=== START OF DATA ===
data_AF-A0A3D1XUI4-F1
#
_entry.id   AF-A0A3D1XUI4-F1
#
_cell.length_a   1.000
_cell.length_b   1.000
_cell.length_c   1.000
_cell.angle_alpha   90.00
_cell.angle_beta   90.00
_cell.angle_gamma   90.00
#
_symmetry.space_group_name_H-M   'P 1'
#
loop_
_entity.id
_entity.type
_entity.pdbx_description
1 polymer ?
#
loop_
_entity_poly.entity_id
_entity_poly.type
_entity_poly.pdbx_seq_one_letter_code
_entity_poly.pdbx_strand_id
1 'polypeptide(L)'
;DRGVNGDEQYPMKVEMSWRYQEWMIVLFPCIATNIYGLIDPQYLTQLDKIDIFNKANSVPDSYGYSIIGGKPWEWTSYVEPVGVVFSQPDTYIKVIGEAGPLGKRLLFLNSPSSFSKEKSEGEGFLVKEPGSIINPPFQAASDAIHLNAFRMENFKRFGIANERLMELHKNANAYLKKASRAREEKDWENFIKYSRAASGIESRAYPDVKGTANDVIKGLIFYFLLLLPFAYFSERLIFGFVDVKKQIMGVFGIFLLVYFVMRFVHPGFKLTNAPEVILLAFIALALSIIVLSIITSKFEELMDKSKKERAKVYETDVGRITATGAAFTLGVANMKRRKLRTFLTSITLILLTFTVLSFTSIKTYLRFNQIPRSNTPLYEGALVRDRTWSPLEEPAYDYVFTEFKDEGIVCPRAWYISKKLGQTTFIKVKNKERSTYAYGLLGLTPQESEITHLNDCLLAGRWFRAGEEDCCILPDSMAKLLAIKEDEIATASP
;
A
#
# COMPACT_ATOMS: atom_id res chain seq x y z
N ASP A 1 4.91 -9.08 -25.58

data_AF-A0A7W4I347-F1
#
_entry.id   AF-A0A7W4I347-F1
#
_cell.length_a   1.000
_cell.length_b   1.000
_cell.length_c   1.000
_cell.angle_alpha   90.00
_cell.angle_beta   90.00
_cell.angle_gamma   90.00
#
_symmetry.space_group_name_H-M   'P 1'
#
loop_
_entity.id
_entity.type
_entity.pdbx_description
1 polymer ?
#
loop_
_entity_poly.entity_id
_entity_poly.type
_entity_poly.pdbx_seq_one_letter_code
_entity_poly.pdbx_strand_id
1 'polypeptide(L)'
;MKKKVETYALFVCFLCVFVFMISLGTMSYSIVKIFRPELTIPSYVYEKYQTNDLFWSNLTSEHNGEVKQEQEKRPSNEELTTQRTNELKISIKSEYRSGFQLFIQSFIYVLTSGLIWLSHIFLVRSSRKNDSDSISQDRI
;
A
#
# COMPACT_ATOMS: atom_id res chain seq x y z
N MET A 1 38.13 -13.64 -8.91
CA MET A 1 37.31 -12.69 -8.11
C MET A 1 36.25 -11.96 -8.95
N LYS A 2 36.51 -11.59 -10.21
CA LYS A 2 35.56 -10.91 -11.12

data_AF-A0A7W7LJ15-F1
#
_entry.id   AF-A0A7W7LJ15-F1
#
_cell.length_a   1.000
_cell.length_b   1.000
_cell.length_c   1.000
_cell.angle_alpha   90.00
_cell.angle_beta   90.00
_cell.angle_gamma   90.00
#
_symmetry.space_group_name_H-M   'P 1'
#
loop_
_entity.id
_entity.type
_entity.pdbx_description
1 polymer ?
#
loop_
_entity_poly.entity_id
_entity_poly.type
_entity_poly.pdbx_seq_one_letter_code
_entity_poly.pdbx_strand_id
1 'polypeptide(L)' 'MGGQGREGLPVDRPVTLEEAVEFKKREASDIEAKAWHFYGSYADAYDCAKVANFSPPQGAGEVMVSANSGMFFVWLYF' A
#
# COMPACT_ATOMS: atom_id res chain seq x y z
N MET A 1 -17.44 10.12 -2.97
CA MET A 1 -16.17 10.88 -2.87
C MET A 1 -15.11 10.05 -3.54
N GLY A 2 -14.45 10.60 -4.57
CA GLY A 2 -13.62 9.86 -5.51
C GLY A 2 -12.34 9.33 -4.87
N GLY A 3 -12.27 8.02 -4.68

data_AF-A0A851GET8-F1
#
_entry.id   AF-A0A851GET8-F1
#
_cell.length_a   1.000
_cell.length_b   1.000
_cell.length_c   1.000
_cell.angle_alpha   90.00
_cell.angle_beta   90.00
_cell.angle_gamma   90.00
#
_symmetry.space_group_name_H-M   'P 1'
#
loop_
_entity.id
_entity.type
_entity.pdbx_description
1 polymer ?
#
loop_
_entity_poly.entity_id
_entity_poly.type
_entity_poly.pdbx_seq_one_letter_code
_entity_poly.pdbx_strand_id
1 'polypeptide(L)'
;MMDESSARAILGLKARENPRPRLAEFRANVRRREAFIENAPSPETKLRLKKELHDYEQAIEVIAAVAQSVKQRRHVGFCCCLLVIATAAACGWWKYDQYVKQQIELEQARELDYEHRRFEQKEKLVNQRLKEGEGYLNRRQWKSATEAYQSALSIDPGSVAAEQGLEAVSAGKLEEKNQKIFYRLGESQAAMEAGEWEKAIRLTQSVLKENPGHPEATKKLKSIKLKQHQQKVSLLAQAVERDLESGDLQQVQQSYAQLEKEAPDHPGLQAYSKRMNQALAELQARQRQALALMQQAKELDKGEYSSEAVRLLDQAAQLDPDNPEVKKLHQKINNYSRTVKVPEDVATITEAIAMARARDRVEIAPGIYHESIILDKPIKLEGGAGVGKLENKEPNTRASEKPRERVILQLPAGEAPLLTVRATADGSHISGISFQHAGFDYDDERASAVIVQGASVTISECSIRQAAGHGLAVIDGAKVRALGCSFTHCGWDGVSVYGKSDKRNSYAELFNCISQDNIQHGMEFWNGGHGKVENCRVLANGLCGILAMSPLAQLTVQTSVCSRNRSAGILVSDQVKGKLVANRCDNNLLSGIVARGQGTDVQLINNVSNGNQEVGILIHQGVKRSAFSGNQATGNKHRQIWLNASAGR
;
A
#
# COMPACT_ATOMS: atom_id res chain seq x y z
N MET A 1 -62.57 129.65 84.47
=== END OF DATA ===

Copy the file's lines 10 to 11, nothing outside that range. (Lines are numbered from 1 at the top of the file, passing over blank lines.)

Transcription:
_cell.angle_gamma   90.00
#